), a skilful and successful Athenian general. In B. C. 457, the Corinthians invaded Megara with the view of relieving Aegina, by drawing away thence a portion of the Athenian troops, which were besieging the chief city of the island. The Athenians, however, who had at the same time another force in Egypt, acting with Inarus, did not recal a single man from any quarter for the protection of Megara: but the old and young men who had been left behind at home, marched out under Myronides, and met the Corinthians in the Megarian territory.
After a battle, in which victory inclined, though not decisively, to the Athenians, the Corinthian troops withdrew, and Myronides erected a trophy.
But the Corinthians, being reproached at home for leaving the field, returned; and were setting up a rival trophy, when the Athenians made a sally from Megara, and, in the battle which ensued, completely defeated them.
The fugitives, in their retreat, entered an enclosure fenced in by a large ditch, where they were surrounded by the Athenians, who occupied with a part of their force the only egress, and slew with their darts every man within.
In the following year, B. C. 456, and sixty-two days after the battle of Tanagra, Myronides led an Athenian army into Boeotia, and defeated the Boeotians at Oenophyta, a victory which made his countrymen masters of Phocis, and of all the Boeotian towns, with the single exception of Thebes; while even there it seems to have led to the temporary establishment of democracy.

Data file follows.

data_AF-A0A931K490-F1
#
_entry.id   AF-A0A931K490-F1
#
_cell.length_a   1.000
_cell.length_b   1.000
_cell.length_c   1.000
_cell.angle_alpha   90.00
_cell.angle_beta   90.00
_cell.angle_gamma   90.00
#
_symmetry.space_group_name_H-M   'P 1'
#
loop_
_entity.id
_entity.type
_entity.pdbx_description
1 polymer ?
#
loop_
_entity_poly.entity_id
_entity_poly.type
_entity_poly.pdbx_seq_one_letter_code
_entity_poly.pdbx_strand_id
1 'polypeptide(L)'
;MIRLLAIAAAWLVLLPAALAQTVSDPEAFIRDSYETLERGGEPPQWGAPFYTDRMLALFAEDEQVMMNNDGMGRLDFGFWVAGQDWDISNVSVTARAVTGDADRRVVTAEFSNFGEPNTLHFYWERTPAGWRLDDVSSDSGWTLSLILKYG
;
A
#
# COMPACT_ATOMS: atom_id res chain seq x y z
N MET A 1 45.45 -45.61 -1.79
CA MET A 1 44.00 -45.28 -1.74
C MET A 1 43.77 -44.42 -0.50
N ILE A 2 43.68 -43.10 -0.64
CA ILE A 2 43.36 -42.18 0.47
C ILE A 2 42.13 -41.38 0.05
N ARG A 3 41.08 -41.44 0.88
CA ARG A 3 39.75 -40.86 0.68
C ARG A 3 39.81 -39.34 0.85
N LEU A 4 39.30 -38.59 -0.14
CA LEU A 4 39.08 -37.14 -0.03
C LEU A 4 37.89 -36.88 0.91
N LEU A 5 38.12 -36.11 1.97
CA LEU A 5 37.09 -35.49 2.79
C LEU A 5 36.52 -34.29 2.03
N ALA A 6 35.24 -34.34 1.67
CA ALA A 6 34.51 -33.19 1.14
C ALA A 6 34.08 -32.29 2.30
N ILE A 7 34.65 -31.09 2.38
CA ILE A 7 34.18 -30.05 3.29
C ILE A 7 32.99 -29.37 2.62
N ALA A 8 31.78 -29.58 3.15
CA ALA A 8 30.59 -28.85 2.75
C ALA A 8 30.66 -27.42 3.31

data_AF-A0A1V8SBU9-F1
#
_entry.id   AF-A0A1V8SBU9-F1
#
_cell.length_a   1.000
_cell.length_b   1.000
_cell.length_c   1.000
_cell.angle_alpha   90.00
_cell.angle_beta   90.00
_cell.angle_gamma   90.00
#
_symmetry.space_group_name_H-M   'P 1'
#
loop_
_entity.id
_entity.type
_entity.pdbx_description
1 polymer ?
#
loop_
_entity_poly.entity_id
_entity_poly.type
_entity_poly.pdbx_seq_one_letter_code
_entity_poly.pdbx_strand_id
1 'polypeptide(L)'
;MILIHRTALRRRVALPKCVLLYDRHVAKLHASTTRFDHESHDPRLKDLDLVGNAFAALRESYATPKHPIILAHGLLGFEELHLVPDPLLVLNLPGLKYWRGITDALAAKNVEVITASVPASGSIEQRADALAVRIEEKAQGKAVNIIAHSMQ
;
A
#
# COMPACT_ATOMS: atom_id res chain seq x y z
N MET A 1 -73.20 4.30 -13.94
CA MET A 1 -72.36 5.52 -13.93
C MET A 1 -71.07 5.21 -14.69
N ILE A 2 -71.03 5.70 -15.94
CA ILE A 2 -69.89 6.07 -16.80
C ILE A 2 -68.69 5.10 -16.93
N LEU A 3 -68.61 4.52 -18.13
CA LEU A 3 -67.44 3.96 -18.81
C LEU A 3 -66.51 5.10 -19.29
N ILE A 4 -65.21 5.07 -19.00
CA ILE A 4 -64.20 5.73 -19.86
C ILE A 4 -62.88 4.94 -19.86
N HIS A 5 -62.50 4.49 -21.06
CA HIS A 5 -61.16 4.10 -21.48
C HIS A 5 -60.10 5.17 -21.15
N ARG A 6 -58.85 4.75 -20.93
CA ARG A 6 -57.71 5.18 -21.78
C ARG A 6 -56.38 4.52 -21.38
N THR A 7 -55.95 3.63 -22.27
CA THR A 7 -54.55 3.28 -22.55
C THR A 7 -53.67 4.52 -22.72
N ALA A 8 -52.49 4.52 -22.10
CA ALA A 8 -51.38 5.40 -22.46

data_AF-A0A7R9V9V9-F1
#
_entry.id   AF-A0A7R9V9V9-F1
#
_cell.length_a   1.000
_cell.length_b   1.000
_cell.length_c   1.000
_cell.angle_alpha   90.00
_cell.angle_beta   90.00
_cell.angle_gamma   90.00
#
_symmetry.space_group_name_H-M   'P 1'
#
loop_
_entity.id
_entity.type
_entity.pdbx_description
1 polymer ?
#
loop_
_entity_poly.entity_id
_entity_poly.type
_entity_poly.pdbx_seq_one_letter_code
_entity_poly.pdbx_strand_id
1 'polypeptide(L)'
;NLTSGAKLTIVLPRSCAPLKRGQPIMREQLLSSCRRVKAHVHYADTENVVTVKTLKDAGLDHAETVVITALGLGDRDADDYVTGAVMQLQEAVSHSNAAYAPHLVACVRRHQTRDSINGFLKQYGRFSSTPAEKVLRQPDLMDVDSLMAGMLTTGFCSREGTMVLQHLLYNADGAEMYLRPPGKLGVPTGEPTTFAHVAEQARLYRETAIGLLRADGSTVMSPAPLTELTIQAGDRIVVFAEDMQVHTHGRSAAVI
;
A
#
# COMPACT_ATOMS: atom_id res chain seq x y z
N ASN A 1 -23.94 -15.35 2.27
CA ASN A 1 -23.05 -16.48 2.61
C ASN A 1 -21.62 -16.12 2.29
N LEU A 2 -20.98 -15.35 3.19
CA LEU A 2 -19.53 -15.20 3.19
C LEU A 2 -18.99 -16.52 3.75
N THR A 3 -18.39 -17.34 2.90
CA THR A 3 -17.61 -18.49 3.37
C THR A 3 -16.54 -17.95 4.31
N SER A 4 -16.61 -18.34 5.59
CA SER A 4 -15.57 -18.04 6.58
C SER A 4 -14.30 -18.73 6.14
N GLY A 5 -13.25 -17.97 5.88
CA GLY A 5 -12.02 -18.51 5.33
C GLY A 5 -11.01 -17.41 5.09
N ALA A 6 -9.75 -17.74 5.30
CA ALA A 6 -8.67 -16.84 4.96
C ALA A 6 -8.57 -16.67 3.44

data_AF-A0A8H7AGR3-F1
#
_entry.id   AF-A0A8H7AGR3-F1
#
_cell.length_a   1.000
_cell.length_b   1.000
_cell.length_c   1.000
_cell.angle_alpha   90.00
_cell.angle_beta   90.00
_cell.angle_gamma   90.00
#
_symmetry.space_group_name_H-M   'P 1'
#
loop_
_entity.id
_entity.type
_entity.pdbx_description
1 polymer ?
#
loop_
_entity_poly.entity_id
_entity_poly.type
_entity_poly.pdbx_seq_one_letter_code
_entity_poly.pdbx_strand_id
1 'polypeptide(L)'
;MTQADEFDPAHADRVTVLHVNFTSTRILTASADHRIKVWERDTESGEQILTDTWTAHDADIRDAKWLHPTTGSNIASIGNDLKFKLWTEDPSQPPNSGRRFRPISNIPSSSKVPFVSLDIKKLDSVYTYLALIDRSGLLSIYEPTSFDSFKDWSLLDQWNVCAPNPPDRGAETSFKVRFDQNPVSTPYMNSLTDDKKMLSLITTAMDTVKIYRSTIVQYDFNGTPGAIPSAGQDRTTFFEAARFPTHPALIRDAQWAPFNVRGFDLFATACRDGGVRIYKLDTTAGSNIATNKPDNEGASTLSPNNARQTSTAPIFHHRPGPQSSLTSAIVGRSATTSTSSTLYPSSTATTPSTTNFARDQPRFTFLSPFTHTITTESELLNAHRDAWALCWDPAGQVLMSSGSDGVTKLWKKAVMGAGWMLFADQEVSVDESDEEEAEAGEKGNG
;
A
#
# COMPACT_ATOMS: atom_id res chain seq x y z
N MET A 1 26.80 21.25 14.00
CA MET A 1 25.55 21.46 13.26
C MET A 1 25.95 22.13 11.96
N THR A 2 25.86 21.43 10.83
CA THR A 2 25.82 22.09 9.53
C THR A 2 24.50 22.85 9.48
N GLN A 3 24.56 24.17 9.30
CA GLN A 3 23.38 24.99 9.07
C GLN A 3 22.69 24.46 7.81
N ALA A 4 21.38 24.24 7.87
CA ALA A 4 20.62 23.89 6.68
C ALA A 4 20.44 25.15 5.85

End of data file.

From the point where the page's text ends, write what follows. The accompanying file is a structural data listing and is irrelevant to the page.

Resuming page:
After his victory, Myronides marched against the Opuntian Locrians, from whom he exacted a hundred hostages ; and then, according to Diodorus, he penetrated into Thessaly, to take vengeance for the desertion of the Thessalian troops to the Lacedaemonians at the battle of Tanagra; but he failed in his attempt on the town of Pharsalus, and was obliged to return to Athens.
It is possible that the subject of the present article may have been the father of ARCHINUS, the Athenian statesman, who took a chief part in the overthrow of the thirty tyrants, B. C. 403; for Demosthenes mentions a son of Archinus, called Myronides, who may have been named after his grandfather, according to a custom by no means uncommon. (Thuc. 1.105
; Aristoph. Lys. 801
303; Aristot. Pol. 5.3
, ed. Bekk.; Lys. Ἐτιταφ
. p. 195; Diod. 11.79
; Plat. Mlenex.
p. 242; Dem. c. Timocrat.
p. 742; Herm. Pol. Ant.
§ 169, note 1; Wachsmuth, list. Ant.
vol. ii. p. 133, Eng. transl.; Thirlwall's Greece,
vol. iii. p. 30, note 2, p. 33, notes; Thuc. i. iii.)